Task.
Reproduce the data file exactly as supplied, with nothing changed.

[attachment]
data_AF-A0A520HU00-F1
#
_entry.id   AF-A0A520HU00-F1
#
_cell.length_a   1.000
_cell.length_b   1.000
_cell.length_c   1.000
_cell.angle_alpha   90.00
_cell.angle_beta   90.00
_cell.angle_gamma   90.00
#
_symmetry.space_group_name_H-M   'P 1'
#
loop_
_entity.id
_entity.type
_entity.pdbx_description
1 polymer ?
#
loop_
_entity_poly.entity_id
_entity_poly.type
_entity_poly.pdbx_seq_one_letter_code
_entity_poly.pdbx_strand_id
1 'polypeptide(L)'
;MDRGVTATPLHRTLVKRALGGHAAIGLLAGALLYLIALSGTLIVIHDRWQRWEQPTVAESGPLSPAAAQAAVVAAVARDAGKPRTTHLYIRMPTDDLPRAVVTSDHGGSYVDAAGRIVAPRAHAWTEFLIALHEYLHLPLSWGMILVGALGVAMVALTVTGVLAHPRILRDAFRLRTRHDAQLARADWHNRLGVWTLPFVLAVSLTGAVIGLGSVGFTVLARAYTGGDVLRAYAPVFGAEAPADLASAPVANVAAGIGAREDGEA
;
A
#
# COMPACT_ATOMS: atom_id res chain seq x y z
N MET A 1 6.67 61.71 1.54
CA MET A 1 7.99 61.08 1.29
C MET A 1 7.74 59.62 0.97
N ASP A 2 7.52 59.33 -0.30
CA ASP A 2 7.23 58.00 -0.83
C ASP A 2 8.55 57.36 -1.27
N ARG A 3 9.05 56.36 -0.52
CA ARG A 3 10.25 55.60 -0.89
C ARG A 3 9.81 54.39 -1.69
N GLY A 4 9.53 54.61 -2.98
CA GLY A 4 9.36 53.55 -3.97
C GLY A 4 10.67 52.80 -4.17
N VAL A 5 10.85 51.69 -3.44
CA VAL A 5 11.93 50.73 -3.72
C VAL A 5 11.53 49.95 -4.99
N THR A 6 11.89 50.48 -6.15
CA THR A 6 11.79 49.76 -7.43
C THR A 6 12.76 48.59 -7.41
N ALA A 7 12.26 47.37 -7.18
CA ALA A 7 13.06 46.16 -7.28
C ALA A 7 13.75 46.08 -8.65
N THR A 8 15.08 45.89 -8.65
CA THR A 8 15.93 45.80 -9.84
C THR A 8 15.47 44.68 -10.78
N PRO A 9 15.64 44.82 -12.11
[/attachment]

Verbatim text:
data_AF-A0A520HU00-F1
#
_entry.id   AF-A0A520HU00-F1
#
_cell.length_a   1.000
_cell.length_b   1.000
_cell.length_c   1.000
_cell.angle_alpha   90.00
_cell.angle_beta   90.00
_cell.angle_gamma   90.00
#
_symmetry.space_group_name_H-M   'P 1'
#
loop_
_entity.id
_entity.type
_entity.pdbx_description
1 polymer ?
#
loop_
_entity_poly.entity_id
_entity_poly.type
_entity_poly.pdbx_seq_one_letter_code
_entity_poly.pdbx_strand_id
1 'polypeptide(L)'
;MDRGVTATPLHRTLVKRALGGHAAIGLLAGALLYLIALSGTLIVIHDRWQRWEQPTVAESGPLSPAAAQAAVVAAVARDAGKPRTTHLYIRMPTDDLPRAVVTSDHGGSYVDAAGRIVAPRAHAWTEFLIALHEYLHLPLSWGMILVGALGVAMVALTVTGVLAHPRILRDAFRLRTRHDAQLARADWHNRLGVWTLPFVLAVSLTGAVIGLGSVGFTVLARAYTGGDVLRAYAPVFGAEAPADLASAPVANVAAGIGAREDGEA
;
A
#
# COMPACT_ATOMS: atom_id res chain seq x y z
N MET A 1 6.67 61.71 1.54
CA MET A 1 7.99 61.08 1.29
C MET A 1 7.74 59.62 0.97
N ASP A 2 7.52 59.33 -0.30
CA ASP A 2 7.23 58.00 -0.83
C ASP A 2 8.55 57.36 -1.27
N ARG A 3 9.05 56.36 -0.52
CA ARG A 3 10.25 55.60 -0.89
C ARG A 3 9.81 54.39 -1.69
N GLY A 4 9.53 54.61 -2.98
CA GLY A 4 9.36 53.55 -3.97
C GLY A 4 10.67 52.80 -4.17
N VAL A 5 10.85 51.69 -3.44
CA VAL A 5 11.93 50.73 -3.72
C VAL A 5 11.53 49.95 -4.99
N THR A 6 11.89 50.48 -6.15
CA THR A 6 11.79 49.76 -7.43
C THR A 6 12.76 48.59 -7.41
N ALA A 7 12.26 47.37 -7.18
CA ALA A 7 13.06 46.16 -7.28
C ALA A 7 13.75 46.08 -8.65
N THR A 8 15.08 45.89 -8.65
CA THR A 8 15.93 45.80 -9.84
C THR A 8 15.47 44.68 -10.78
N PRO A 9 15.64 44.82 -12.11